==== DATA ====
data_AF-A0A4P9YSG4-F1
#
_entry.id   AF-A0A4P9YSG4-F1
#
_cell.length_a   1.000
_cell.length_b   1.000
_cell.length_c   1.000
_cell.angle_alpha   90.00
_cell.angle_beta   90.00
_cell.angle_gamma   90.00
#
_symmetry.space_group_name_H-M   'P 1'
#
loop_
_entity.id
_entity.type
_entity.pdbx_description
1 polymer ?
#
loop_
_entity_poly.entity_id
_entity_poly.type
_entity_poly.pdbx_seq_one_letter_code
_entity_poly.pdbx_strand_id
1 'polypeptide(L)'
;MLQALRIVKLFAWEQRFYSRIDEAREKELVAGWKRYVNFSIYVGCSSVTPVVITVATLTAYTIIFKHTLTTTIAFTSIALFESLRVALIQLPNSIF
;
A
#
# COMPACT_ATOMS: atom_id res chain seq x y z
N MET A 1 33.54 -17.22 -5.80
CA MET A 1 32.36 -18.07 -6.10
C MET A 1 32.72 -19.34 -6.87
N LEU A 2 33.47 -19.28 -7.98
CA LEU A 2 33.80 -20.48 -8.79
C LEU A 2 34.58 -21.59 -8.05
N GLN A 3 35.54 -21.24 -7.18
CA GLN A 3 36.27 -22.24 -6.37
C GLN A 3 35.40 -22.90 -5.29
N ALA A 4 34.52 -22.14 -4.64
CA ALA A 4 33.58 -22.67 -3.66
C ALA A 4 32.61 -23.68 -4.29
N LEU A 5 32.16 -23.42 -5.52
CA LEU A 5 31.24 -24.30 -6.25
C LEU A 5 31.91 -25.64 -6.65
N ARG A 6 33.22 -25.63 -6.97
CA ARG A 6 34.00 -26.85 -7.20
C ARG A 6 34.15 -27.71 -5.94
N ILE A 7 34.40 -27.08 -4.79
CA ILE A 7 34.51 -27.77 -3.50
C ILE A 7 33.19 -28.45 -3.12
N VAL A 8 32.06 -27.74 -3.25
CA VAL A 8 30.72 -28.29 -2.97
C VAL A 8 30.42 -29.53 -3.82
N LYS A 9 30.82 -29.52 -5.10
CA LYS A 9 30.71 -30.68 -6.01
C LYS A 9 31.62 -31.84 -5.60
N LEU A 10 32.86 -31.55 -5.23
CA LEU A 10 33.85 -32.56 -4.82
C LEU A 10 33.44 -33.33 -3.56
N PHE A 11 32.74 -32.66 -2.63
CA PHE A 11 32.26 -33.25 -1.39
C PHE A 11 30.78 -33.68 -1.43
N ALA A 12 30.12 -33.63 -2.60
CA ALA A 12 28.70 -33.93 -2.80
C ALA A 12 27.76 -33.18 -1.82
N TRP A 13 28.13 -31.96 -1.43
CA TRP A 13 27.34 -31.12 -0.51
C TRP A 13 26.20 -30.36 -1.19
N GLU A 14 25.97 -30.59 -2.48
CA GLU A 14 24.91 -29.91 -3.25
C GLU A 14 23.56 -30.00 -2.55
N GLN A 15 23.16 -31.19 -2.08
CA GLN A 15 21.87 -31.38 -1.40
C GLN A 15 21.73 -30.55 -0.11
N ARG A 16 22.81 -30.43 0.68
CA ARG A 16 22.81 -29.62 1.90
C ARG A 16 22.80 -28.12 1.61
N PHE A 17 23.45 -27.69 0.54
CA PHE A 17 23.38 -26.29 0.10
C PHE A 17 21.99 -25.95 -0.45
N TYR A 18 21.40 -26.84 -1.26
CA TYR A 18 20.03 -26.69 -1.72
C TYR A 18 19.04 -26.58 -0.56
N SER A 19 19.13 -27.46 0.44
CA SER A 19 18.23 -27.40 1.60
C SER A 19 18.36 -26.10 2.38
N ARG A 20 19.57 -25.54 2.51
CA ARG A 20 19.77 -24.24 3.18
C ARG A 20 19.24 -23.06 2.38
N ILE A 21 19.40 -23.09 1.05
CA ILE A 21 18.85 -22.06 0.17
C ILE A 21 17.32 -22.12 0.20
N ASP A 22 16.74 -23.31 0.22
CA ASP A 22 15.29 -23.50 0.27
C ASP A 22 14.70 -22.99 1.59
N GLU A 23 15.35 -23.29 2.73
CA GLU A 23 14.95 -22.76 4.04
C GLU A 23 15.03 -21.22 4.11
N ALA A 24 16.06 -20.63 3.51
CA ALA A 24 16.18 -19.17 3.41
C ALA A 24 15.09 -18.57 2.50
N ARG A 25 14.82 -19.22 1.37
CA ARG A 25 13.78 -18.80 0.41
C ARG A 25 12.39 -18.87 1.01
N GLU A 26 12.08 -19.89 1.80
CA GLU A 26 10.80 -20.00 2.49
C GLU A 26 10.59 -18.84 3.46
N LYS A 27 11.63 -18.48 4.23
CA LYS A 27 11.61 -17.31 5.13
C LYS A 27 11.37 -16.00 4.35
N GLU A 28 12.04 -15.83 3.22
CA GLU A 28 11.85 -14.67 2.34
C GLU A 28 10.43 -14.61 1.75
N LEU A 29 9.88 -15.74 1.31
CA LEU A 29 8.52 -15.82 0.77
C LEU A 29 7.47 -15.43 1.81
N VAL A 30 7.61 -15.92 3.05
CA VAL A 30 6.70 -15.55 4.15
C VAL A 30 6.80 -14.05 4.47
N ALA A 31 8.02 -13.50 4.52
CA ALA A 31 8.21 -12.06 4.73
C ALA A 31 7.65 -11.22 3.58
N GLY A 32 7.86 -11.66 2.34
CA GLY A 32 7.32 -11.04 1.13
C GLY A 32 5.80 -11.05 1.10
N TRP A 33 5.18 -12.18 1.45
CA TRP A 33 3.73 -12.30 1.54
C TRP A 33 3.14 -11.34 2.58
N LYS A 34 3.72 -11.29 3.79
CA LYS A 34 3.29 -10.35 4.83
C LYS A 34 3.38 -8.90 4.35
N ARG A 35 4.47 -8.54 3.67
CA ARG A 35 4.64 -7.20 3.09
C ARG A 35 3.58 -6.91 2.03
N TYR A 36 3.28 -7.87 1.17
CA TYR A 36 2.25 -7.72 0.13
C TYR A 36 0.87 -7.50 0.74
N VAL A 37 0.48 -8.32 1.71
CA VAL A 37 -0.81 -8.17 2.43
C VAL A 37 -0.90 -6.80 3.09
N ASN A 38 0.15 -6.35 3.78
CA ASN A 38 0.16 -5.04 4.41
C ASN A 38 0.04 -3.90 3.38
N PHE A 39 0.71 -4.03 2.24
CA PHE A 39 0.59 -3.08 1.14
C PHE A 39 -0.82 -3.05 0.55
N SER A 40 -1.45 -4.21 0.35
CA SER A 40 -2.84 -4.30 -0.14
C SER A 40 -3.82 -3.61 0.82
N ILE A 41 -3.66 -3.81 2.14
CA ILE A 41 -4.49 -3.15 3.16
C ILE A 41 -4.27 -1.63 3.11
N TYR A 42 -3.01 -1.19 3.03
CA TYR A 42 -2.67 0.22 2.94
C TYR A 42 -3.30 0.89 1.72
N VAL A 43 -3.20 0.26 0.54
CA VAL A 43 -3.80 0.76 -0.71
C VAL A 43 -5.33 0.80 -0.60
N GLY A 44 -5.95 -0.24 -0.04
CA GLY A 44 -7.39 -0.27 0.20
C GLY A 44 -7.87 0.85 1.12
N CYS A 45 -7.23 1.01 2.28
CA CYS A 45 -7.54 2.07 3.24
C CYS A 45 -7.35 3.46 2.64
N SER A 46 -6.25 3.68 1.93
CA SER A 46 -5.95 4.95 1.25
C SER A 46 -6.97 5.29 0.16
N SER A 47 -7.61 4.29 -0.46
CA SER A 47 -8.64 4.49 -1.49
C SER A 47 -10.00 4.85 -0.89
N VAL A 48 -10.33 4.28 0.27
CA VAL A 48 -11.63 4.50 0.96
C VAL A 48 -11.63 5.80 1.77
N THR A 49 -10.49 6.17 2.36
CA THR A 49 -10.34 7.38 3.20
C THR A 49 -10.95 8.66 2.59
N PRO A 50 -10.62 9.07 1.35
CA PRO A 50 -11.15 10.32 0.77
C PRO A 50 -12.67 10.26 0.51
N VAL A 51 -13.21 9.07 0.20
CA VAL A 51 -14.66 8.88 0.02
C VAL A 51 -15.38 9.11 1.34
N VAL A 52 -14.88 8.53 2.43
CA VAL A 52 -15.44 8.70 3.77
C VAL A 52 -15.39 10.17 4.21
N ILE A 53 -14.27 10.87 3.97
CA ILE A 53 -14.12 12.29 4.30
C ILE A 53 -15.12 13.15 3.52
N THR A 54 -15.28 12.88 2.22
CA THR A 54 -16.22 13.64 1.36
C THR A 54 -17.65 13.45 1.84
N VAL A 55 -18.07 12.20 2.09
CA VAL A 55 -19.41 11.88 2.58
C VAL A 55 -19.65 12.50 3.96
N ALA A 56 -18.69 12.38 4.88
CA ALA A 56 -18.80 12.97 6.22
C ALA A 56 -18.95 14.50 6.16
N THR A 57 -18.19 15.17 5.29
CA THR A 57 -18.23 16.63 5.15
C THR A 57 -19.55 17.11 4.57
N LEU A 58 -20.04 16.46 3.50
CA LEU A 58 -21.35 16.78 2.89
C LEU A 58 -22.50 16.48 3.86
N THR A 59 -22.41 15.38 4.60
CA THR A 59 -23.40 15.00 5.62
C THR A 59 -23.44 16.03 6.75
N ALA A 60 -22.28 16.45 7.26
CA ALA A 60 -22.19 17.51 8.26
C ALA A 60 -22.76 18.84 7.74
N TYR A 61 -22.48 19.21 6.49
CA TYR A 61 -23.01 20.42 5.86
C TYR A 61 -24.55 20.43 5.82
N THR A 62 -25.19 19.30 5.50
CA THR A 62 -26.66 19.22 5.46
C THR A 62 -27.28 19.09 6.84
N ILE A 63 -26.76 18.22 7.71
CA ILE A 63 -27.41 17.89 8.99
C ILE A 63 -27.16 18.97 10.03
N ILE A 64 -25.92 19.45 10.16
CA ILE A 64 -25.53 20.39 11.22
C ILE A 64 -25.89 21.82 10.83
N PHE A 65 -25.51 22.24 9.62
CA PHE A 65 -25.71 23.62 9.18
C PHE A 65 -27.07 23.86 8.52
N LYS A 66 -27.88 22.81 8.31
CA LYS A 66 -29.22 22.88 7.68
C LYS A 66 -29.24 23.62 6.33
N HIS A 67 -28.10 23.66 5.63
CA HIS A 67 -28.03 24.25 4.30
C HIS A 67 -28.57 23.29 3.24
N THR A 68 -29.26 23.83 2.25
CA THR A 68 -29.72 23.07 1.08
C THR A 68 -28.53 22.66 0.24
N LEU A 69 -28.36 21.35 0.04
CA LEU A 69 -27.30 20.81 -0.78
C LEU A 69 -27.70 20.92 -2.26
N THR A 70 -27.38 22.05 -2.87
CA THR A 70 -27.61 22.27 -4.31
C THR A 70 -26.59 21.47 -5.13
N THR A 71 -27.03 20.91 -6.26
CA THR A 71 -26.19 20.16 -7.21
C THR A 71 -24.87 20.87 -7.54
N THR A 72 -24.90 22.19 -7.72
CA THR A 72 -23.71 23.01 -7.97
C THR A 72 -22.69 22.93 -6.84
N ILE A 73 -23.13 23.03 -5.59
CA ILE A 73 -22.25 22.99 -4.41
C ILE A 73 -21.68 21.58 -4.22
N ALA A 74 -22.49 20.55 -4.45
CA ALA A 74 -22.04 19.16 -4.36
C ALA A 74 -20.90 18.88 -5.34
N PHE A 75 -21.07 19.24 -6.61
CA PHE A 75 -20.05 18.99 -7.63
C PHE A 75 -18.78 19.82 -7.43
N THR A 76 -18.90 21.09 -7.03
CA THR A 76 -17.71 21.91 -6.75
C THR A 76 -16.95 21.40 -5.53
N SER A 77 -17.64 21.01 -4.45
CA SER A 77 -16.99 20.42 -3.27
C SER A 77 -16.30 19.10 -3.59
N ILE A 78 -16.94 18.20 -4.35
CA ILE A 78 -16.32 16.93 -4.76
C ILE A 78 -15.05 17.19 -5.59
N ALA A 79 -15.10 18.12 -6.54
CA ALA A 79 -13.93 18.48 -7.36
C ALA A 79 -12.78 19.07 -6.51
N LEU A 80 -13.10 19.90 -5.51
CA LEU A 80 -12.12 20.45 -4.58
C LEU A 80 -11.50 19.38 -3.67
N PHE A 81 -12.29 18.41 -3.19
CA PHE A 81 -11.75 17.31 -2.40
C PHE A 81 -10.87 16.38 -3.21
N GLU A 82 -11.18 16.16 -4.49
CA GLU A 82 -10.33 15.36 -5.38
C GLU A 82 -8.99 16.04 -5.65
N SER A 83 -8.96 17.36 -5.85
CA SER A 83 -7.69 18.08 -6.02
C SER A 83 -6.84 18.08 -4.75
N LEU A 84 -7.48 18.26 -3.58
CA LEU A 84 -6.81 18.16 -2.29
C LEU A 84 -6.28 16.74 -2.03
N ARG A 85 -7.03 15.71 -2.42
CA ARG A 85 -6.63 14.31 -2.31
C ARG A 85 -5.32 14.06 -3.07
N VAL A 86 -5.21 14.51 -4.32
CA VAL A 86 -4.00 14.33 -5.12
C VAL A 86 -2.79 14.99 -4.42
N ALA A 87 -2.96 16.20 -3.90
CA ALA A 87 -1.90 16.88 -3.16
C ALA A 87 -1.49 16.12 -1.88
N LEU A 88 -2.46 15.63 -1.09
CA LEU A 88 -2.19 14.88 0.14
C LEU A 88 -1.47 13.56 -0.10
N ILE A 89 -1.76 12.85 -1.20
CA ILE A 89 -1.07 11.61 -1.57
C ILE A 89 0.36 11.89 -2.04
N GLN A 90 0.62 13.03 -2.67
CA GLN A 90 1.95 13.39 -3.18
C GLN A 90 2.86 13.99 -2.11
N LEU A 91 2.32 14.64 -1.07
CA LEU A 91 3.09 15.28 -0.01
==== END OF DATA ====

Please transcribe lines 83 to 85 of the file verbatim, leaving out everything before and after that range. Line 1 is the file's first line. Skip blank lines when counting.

CA TYR A 18 20.03 -26.69 -1.72
C TYR A 18 19.04 -26.58 -0.56
N SER A 19 19.13 -27.46 0.44